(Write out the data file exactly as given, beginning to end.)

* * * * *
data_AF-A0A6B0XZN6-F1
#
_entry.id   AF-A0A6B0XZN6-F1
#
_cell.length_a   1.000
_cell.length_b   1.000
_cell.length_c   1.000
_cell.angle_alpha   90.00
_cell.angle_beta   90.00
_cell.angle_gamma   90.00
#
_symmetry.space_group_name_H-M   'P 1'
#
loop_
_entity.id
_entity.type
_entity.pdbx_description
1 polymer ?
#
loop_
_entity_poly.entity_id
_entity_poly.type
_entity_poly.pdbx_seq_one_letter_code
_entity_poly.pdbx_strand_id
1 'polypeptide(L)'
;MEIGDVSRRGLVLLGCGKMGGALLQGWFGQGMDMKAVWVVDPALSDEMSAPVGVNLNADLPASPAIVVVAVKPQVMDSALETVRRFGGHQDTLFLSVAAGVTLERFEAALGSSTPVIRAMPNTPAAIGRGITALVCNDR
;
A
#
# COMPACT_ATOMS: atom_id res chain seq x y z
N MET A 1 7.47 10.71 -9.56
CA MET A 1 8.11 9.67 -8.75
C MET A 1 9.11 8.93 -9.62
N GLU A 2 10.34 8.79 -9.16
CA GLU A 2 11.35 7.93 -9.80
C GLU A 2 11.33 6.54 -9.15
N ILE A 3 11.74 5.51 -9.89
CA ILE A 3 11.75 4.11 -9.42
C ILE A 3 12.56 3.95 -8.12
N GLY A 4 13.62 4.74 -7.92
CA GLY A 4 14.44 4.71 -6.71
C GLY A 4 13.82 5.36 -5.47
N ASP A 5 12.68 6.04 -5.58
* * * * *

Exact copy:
data_AF-A0A6B0XZN6-F1
#
_entry.id   AF-A0A6B0XZN6-F1
#
_cell.length_a   1.000
_cell.length_b   1.000
_cell.length_c   1.000
_cell.angle_alpha   90.00
_cell.angle_beta   90.00
_cell.angle_gamma   90.00
#
_symmetry.space_group_name_H-M   'P 1'
#
loop_
_entity.id
_entity.type
_entity.pdbx_description
1 polymer ?
#
loop_
_entity_poly.entity_id
_entity_poly.type
_entity_poly.pdbx_seq_one_letter_code
_entity_poly.pdbx_strand_id
1 'polypeptide(L)'
;MEIGDVSRRGLVLLGCGKMGGALLQGWFGQGMDMKAVWVVDPALSDEMSAPVGVNLNADLPASPAIVVVAVKPQVMDSALETVRRFGGHQDTLFLSVAAGVTLERFEAALGSSTPVIRAMPNTPAAIGRGITALVCNDR
;
A
#
# COMPACT_ATOMS: atom_id res chain seq x y z
N MET A 1 7.47 10.71 -9.56
CA MET A 1 8.11 9.67 -8.75
C MET A 1 9.11 8.93 -9.62
N GLU A 2 10.34 8.79 -9.16
CA GLU A 2 11.35 7.93 -9.80
C GLU A 2 11.33 6.54 -9.15
N ILE A 3 11.74 5.51 -9.89
CA ILE A 3 11.75 4.11 -9.42
C ILE A 3 12.56 3.95 -8.12
N GLY A 4 13.62 4.74 -7.92
CA GLY A 4 14.44 4.71 -6.71
C GLY A 4 13.82 5.36 -5.47
N ASP A 5 12.68 6.04 -5.58